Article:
Russia Rubs It In With Fierce Kinzhal Attack On Patriot Battery In Kyiv; Aerospace War Heats Up In Ukraine

Early morning on May 16, 2023, Russia convincingly drove home to Ukraine and its Western allies that it could deal with the supply of sophisticated Western weapons to Ukraine with an attack on a US-supplied Patriot battery positioned in Kyiv.

The attack was vividly captured on video that is now viral on the web.

The Russian Aerospace Force (RuAF) apparently unleashed a coordinated attack on the Patriot battery triggering a response that was reminiscent of an epileptic fit triggered by rage.

The much-hyped long-range Patriot air defense (AD) system, representing bleeding edge US anti-missile technology,  launched over 30 missiles, each costing $5 million, in around 2 mins.

Judging from the launch trajectories of the missiles, several different launchers were used in the retaliatory Patriot fire. The battery took several hits during the attack. Some Patriot missiles appear to have struck their targets.

However, the targets struck were at altitudes typical of cruise missile flight paths.

A successful Kinzhal engagement is possible only at very high altitudes when the missile has just left its launcher and is still at supersonic speed. Once the missile accelerates to hypersonic speeds, it starts maneuvering evasively and becomes incredibly difficult to hit.

Shortly after the crazed frenzy of missile launches stopped, the  Patriot system seemingly darkened into gloom, either vanquished and on its knees or silenced by an empty magazine, there was a parting hit on the battery by a Russian missile.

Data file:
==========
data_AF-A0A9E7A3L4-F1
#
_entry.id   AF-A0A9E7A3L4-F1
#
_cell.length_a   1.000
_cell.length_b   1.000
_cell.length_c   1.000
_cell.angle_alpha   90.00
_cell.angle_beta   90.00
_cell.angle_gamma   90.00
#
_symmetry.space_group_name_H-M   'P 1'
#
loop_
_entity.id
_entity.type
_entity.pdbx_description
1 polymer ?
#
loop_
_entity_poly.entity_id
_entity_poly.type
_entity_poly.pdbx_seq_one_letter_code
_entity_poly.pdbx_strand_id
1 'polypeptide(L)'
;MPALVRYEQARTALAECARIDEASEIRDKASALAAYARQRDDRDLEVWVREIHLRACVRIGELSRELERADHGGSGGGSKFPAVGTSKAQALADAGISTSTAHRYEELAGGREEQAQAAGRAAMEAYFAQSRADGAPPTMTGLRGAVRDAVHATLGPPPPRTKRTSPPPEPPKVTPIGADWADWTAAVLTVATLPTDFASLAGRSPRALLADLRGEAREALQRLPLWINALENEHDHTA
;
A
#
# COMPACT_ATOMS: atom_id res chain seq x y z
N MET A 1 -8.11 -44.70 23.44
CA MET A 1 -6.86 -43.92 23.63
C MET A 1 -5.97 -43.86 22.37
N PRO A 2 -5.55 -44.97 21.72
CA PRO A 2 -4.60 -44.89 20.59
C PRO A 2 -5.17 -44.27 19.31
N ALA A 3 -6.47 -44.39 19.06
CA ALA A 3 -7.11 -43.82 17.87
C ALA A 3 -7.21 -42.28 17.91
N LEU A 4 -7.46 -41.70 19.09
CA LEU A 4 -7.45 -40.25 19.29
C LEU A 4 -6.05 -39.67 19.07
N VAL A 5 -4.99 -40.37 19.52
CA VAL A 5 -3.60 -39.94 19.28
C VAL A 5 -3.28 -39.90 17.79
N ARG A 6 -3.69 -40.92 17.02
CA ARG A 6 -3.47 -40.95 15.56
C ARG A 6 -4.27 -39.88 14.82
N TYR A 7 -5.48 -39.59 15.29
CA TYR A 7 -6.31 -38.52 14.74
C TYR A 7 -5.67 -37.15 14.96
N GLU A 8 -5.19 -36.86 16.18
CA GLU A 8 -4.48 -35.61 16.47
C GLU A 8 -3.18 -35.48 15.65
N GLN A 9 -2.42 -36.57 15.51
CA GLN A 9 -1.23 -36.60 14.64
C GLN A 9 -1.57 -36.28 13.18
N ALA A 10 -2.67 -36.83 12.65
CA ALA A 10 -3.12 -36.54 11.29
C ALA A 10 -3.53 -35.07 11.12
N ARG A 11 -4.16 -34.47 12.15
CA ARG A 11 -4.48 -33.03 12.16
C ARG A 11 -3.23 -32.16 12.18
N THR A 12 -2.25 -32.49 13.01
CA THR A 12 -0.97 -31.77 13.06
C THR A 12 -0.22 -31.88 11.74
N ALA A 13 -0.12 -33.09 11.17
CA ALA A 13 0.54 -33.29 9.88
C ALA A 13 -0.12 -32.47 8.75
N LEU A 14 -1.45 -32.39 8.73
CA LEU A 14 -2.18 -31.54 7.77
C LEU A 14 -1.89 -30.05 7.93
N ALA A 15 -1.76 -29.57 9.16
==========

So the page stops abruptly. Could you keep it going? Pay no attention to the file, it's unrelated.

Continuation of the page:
Graphics By Raytheon

Patriot Battery Missile Arsenal

A Patriot battery typically has six M901 launch stations on a two-axle trailer, each with 4 canisters capable of holding 3 (PAC-3 MSE) or 4 (PAC-3 CRI) interceptor missiles.

The PAC-3 MSE and PAC-3 CRI interceptor variants feature hit-to-kill technology that would be essential to intercept a Kinzhal-like ballistic missile. It is likely that the Patriot batteries deployed in Ukraine have older PAC variants honed for interception of aerodynamic targets.

Patriot Strike Part Of A Larger Attack

The attack on Kyiv was part of a larger attack. According to the Ukrainian Air Force, Russia launched 6 Kinzhal missiles from 6 MiG-31K aircraft, 9 Kalibr cruise missiles from the Black Sea, 3 S-400 or Iskander-M missiles, and 6 Shahed / Geran-2 drones overnight, all of which were successfully intercepted.

The Ukrainian Air Force’s statement on 100% interception clearly contradicts the video evidence in which you see several flashes, typical of a ground explosion, in the area of the Patriot battery.

Ukraine has so far presented no evidence to support its claims of having shot down 6 Kinzhal missiles.

Earlier, on May 5, 2023, Ukraine claimed to have shot down a Russian Kinzhal missile launched by a MiG-31K. The photographic evidence was not clinching. The Pentagon supported the claim based on Ukrainian statements and photographic evidence if presented.

Russia denied the shootdown, asserting that it’s not physically possible for a Patriot to shoot down a Kinzhal.

Going by the explosions on the ground, it’s likely that the RuAF attack today was aimed at the Patriot battery. However, it is possible that the attack was aimed at targets in Kyiv that the Patriot battery is tasked to protect, such as underground leadership and command and control shelters.